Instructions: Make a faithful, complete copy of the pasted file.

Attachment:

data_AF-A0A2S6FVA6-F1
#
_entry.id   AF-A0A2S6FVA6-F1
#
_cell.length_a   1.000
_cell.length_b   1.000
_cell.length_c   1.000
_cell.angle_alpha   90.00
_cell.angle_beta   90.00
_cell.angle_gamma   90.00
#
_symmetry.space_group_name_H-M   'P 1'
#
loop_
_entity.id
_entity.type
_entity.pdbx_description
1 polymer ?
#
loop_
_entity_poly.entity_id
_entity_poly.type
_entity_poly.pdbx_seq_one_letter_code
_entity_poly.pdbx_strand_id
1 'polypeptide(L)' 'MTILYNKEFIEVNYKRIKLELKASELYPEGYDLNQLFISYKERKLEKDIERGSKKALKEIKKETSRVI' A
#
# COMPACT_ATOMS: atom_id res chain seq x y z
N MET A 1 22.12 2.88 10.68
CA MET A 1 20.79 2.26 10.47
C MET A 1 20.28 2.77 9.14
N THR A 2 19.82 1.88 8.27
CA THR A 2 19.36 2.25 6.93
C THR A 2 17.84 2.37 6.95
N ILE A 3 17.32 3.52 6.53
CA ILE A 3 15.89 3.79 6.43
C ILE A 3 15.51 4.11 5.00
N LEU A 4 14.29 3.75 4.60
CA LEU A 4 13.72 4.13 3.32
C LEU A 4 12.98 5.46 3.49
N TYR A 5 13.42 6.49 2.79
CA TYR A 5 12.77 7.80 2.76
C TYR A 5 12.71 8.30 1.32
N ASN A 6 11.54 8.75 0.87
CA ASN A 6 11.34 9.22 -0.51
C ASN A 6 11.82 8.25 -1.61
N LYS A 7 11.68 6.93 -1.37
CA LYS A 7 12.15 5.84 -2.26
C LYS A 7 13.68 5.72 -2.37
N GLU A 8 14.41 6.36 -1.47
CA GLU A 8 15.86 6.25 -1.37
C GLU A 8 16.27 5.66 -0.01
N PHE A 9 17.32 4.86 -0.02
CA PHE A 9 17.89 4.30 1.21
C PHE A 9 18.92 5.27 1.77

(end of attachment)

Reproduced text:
data_AF-A0A2S6FVA6-F1
#
_entry.id   AF-A0A2S6FVA6-F1
#
_cell.length_a   1.000
_cell.length_b   1.000
_cell.length_c   1.000
_cell.angle_alpha   90.00
_cell.angle_beta   90.00
_cell.angle_gamma   90.00
#
_symmetry.space_group_name_H-M   'P 1'
#
loop_
_entity.id
_entity.type
_entity.pdbx_description
1 polymer ?
#
loop_
_entity_poly.entity_id
_entity_poly.type
_entity_poly.pdbx_seq_one_letter_code
_entity_poly.pdbx_strand_id
1 'polypeptide(L)' 'MTILYNKEFIEVNYKRIKLELKASELYPEGYDLNQLFISYKERKLEKDIERGSKKALKEIKKETSRVI' A
#
# COMPACT_ATOMS: atom_id res chain seq x y z
N MET A 1 22.12 2.88 10.68
CA MET A 1 20.79 2.26 10.47
C MET A 1 20.28 2.77 9.14
N THR A 2 19.82 1.88 8.27
CA THR A 2 19.36 2.25 6.93
C THR A 2 17.84 2.37 6.95
N ILE A 3 17.32 3.52 6.53
CA ILE A 3 15.89 3.79 6.43
C ILE A 3 15.51 4.11 5.00
N LEU A 4 14.29 3.75 4.60
CA LEU A 4 13.72 4.13 3.32
C LEU A 4 12.98 5.46 3.49
N TYR A 5 13.42 6.49 2.79
CA TYR A 5 12.77 7.80 2.76
C TYR A 5 12.71 8.30 1.32
N ASN A 6 11.54 8.75 0.87
CA ASN A 6 11.34 9.22 -0.51
C ASN A 6 11.82 8.25 -1.61
N LYS A 7 11.68 6.93 -1.37
CA LYS A 7 12.15 5.84 -2.26
C LYS A 7 13.68 5.72 -2.37
N GLU A 8 14.41 6.36 -1.47
CA GLU A 8 15.86 6.25 -1.37
C GLU A 8 16.27 5.66 -0.01
N PHE A 9 17.32 4.86 -0.02
CA PHE A 9 17.89 4.30 1.21
C PHE A 9 18.92 5.27 1.77